In areas of low to no appreciation and long eviction times with tenant friendly states I do not see what the draw is. Turn costs are a killer with rehab costs and lost rent.

Here in GA ( landlord friendly ) you can get them out in 1 month and usually no longer than 45 days. Tenants know they have to "pay to stay" or they are out. It helps keep the deadbeats away although you always have some. I can just see it amplified ten fold in these other tenant friendly states.

Do you build in very high lost rents and repairs for expected issues when buying there or do you set rents at the low end of the market to train the tenants you are the best deal in town??

As a landlord, can one report this to the credit bureaus?  I would assume the lowest credit report to rent should be 650.  Is this consistent for a B- building/area? Do you look at the CRs?

Can one recover the unpaid rent through a small claims court?

Originally posted by @Frank S. :

Can one recover the unpaid rent through a small claims court?

 We've rarely had to evict & our time/money better spent on growing the business than chasing down someone for back rent in small claims court.  

Thank you everyone for the feedback!  

It seems evicting a tenant can take up to 6 months and is extremely important to check all references. If -or when- I decide to become a landlord, I will make a point to befriend a few Police Officers and Sheriffs.

This BP summary on how to screen tenants was very useful. 


Credit Reports and Tenants



September 8, 2014

Experian was the first credit bureau to include positive rental payment histories from landlords. Your landlord can sign up to report rent payments, if they aren’t already. Though only positive rent payments are recorded in your payment history, late payments can still become a concern.

Hi BP members, looking at a deal in Chicago currently. 4 unit, 3 are occupied with longstanding tenants thats been there for 5+ years.

Puchase : $45k, rents: $1500

Numbers appear to work even with 1 unit vacant.  I would like to know your thoughts and if you all can recommend good PM and GC's in Chicago.

Your input would be great thanks ALL!!

Hi, Chicago is large. You need to give an exact location. 45k for a 4 unit is certainly in a bad area. Not C, more like F.  I'm an experienced investor,  I just put an offer for a 6 flat, in a C area, up and coming, for $550k.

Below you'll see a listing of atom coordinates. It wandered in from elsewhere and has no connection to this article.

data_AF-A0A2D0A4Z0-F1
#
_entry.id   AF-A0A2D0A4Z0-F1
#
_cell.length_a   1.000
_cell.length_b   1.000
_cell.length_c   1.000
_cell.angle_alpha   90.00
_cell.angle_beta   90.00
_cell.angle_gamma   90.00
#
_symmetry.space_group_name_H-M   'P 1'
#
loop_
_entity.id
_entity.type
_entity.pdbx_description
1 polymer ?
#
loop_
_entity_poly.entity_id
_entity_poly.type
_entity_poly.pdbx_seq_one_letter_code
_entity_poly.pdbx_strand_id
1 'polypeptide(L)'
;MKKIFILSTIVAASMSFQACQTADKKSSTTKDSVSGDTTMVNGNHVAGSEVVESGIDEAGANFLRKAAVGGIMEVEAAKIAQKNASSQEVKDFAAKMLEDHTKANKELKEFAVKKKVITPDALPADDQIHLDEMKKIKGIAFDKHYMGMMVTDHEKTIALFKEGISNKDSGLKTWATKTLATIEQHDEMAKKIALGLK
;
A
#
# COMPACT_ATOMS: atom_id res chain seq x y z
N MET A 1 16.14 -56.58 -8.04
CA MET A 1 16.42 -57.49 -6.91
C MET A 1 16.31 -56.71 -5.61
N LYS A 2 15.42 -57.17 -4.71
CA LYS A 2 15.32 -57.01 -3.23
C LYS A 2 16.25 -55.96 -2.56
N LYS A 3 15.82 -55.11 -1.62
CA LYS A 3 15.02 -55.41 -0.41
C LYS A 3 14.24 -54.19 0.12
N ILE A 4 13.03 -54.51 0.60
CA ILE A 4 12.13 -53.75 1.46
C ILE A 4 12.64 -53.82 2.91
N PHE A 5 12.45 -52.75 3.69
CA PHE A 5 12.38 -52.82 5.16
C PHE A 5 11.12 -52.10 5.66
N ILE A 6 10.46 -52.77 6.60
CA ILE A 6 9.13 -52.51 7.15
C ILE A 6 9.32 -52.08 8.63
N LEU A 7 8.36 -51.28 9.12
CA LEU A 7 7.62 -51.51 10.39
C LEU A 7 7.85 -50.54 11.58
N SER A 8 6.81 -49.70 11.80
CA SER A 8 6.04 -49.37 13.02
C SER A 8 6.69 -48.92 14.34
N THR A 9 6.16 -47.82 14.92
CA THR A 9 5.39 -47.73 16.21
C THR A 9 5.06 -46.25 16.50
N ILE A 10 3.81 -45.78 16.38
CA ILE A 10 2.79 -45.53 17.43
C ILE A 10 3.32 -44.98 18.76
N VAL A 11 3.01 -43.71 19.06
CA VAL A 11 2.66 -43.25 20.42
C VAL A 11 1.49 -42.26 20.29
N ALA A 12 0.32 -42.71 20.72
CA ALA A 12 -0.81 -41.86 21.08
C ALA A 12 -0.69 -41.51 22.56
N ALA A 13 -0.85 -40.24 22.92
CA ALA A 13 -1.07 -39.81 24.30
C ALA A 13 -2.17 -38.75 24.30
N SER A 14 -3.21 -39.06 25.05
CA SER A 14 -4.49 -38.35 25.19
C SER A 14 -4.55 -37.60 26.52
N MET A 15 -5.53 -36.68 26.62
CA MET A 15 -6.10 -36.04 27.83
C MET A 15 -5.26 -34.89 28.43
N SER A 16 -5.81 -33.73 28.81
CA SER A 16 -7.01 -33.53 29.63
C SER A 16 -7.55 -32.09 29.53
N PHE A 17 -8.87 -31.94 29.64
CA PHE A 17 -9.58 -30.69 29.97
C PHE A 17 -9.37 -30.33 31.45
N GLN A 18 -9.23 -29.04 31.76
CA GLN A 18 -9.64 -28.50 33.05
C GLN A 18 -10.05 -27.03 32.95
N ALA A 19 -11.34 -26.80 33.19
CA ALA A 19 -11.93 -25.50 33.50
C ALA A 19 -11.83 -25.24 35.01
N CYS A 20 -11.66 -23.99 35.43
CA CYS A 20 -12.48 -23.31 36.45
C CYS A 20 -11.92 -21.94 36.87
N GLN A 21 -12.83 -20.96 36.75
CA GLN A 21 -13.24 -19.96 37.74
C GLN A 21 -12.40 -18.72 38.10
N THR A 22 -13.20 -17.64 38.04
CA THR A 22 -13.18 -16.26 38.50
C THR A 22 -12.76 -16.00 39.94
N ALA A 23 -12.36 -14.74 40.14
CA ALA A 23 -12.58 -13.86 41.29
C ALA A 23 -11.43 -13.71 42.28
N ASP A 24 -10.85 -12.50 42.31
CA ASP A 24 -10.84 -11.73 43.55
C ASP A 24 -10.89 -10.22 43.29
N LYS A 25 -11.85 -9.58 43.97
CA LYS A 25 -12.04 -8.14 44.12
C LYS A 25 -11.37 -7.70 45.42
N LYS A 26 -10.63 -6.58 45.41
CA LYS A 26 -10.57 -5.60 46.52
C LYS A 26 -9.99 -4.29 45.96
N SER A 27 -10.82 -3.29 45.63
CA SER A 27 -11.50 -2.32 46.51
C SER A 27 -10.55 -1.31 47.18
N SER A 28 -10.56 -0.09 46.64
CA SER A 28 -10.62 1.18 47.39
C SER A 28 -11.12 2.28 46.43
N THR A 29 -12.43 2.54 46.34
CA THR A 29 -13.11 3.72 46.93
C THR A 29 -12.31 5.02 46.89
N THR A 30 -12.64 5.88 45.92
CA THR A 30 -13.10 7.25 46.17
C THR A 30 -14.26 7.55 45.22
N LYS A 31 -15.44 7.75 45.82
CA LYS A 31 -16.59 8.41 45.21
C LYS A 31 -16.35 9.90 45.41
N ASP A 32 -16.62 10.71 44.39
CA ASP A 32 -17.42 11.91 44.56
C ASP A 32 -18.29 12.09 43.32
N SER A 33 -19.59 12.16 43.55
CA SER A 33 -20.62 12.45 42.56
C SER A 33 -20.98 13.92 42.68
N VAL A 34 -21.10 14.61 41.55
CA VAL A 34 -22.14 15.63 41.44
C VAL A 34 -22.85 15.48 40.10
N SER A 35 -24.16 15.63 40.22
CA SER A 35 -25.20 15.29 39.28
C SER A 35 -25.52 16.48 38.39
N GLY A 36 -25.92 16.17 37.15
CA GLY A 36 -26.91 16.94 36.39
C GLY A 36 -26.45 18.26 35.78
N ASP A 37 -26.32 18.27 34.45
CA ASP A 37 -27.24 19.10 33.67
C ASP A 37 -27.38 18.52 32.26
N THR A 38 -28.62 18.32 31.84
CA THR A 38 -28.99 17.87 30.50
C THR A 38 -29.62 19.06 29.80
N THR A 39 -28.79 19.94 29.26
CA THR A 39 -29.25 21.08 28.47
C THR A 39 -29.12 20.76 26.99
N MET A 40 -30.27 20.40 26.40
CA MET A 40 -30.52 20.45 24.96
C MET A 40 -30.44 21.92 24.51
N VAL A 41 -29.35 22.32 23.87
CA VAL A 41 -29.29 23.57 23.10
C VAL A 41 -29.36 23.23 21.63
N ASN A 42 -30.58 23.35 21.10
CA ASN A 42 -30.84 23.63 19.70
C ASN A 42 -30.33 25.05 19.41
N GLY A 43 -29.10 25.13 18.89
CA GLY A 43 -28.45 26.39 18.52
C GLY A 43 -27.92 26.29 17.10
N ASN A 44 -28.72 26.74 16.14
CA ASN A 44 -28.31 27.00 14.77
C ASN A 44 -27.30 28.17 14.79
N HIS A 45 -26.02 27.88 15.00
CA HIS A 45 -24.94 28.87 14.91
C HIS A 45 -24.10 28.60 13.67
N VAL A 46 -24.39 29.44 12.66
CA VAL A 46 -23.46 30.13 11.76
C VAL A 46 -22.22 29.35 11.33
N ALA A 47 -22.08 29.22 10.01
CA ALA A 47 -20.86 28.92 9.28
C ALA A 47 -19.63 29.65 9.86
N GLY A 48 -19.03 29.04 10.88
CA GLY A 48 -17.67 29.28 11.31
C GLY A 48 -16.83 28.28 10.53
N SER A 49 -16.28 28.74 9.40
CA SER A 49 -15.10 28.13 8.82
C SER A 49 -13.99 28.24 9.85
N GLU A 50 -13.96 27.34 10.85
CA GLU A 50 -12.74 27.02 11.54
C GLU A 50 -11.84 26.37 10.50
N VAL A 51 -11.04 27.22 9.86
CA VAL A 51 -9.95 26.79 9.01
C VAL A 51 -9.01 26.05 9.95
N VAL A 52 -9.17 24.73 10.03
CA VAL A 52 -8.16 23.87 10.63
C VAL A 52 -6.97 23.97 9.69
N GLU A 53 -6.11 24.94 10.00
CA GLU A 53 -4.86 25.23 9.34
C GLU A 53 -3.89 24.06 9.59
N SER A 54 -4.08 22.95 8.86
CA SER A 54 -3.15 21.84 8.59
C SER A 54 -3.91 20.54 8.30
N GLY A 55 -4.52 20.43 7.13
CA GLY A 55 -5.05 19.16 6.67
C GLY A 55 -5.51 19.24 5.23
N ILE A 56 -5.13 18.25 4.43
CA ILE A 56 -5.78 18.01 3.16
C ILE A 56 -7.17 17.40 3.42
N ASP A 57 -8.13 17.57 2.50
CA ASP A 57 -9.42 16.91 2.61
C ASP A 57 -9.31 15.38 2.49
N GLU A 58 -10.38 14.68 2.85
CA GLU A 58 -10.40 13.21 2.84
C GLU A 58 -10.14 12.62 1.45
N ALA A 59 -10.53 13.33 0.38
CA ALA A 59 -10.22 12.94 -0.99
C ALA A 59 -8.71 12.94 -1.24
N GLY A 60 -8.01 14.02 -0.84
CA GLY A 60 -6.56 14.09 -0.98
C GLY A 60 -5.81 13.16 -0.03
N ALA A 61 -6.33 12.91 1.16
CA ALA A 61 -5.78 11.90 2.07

At least, I used this to read the eviction a little more. 

UPDATE on CHA and Evictions

Per the class I recently took, CHA will pay us during the eviction process and up to two months to find a replacement. That is for as long as we have done our due diligence and have a documented process by the book. 

This, my friends, makes Section 8 a beautiful thing. 


@HJ Bercy your info is too vague. Consider starting a new thread. 

Time is only one aspect of evictions.  No one mentioned the damage to the unit they do on the way out. It can be significant.

@Eric M. , per the CHA class - Warnign!  I am very, very green on this- landlords have more leverage with tenants because there are no more vouchers being issued. Hence, they can loose Uncle Sam's moolah.  The vouchers are non transferable, either. 

We have typically experienced 1 month to 1.5 months to regain possession of the property via lawsuit.

Above, many are assuming a sheriff eviction which I have found to be infrequent (approx. 25%).  More often than not, the tenant will leave by the date set by judge which takes about 30 days from day 1 serving the notice.

The biggest time delay on evictions is waiting to pull the trigger.  Tenants drag you along with broken promises and waiting on checks.  Landlord has to invest 1k in fees after losing rent money.  The professional discipline of always charging a late fee, serving 5 day notices regularly, and proper vetting of applicants are our best practices for avoiding eviction altogether.